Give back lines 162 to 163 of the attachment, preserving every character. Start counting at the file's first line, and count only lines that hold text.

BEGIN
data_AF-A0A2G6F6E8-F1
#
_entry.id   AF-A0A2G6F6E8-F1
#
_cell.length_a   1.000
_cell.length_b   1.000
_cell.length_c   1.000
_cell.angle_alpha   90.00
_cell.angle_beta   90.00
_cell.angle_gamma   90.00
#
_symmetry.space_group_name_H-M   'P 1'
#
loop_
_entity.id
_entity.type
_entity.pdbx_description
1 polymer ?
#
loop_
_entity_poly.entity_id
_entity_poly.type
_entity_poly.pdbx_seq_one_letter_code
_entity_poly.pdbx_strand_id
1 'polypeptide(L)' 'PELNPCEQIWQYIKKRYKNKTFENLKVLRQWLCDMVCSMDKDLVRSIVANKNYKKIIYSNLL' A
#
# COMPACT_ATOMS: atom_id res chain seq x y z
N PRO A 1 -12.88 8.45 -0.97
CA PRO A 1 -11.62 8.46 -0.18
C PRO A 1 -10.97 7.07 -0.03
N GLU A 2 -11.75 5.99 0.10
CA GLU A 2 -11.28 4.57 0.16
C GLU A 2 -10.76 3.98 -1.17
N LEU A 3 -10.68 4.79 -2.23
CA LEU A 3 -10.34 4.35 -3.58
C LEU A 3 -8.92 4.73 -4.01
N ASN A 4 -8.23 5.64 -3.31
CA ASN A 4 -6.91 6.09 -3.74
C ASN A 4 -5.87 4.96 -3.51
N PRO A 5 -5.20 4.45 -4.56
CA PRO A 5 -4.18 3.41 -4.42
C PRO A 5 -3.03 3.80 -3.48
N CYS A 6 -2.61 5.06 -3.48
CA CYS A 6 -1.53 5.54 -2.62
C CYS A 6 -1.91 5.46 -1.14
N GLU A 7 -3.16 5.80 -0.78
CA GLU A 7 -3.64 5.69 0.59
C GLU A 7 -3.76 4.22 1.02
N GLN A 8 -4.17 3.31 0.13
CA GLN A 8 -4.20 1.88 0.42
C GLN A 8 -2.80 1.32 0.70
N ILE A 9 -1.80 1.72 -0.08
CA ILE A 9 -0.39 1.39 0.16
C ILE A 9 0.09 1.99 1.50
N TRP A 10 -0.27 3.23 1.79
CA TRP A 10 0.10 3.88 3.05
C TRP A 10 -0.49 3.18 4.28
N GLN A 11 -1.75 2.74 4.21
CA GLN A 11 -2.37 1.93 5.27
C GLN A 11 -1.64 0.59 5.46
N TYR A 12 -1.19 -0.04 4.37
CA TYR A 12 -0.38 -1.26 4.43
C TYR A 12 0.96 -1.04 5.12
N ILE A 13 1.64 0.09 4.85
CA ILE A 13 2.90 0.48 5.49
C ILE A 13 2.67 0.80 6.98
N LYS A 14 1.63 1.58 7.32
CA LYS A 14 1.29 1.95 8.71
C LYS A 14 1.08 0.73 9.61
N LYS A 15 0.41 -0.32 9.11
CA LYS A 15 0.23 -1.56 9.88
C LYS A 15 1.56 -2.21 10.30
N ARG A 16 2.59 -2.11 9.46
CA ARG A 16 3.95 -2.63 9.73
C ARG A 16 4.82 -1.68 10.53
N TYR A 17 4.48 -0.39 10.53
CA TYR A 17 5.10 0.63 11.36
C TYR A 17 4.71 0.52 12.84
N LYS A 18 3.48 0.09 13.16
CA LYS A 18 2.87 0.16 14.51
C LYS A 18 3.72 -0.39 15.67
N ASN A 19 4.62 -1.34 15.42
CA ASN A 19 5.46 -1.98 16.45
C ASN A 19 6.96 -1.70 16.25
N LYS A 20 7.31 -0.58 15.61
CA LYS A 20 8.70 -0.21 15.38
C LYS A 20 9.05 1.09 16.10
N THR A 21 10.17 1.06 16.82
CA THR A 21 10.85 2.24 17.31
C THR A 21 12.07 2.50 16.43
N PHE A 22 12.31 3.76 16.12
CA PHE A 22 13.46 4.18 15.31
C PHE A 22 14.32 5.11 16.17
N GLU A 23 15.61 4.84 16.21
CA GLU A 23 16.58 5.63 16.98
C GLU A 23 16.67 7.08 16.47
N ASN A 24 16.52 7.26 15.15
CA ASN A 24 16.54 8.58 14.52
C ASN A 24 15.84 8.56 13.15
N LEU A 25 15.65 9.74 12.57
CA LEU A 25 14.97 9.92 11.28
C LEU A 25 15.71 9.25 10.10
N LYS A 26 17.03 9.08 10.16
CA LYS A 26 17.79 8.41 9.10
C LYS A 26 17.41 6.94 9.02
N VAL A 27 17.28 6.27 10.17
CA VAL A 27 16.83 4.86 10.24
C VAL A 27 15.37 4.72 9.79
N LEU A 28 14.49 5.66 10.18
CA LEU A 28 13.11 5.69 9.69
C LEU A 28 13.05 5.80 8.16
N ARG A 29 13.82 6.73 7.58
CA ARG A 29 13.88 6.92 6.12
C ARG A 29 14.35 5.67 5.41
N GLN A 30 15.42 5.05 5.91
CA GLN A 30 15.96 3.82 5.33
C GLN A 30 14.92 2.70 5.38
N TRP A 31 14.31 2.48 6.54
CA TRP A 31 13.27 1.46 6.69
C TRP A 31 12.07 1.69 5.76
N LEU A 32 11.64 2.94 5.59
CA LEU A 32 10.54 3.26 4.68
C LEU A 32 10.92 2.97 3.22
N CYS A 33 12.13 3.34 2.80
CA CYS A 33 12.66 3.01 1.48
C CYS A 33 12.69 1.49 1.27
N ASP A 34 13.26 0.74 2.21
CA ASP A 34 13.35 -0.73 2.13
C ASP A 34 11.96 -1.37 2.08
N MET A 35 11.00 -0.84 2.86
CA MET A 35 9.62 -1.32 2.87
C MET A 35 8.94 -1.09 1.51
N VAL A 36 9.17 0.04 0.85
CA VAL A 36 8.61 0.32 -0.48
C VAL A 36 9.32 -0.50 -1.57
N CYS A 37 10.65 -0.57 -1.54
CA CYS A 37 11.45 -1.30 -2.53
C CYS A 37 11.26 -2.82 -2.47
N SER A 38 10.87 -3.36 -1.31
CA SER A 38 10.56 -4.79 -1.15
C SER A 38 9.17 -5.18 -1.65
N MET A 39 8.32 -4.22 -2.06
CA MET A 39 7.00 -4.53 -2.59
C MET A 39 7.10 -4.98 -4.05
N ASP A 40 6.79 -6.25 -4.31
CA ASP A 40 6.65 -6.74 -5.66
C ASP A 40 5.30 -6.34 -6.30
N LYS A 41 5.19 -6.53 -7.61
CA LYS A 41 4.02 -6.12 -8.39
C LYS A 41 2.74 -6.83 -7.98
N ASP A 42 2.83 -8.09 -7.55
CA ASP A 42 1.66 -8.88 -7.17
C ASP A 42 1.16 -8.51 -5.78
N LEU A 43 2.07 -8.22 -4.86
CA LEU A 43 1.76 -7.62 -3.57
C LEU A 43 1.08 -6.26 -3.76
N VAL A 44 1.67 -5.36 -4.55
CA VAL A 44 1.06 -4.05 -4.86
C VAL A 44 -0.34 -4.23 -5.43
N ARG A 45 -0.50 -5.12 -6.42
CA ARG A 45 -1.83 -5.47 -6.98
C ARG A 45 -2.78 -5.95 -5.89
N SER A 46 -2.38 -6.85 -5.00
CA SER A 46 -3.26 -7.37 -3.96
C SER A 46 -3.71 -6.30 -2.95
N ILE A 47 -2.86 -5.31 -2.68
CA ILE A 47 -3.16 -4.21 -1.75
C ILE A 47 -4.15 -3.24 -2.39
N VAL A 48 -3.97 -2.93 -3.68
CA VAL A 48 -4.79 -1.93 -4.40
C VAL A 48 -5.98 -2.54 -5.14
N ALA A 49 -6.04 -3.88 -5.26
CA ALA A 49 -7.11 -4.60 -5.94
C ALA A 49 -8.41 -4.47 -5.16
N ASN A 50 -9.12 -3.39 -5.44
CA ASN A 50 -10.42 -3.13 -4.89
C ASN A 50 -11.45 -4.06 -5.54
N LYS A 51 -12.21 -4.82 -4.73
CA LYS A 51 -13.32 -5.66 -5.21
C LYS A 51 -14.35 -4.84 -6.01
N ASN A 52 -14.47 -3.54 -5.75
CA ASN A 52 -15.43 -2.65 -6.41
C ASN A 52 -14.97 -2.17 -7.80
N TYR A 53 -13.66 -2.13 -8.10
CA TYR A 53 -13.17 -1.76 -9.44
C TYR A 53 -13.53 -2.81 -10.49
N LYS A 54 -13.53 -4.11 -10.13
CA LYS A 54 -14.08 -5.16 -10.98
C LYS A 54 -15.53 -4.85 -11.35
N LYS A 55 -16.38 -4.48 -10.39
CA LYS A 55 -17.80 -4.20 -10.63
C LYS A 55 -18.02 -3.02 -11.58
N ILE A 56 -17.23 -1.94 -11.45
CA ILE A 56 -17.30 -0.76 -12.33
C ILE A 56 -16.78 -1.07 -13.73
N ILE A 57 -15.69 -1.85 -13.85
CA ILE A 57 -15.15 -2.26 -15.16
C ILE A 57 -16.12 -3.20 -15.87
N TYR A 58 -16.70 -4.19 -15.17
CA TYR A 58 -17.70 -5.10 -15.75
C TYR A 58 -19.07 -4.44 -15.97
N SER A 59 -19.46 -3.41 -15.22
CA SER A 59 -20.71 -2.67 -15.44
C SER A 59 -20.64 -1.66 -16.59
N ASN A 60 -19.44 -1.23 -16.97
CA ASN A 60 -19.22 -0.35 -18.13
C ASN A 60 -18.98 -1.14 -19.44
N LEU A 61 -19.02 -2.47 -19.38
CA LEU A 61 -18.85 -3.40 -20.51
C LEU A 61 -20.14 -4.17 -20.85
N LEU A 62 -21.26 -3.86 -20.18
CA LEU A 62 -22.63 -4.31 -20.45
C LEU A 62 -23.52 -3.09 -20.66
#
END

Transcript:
C ARG A 45 -2.78 -5.95 -5.89
N SER A 46 -2.38 -6.85 -5.00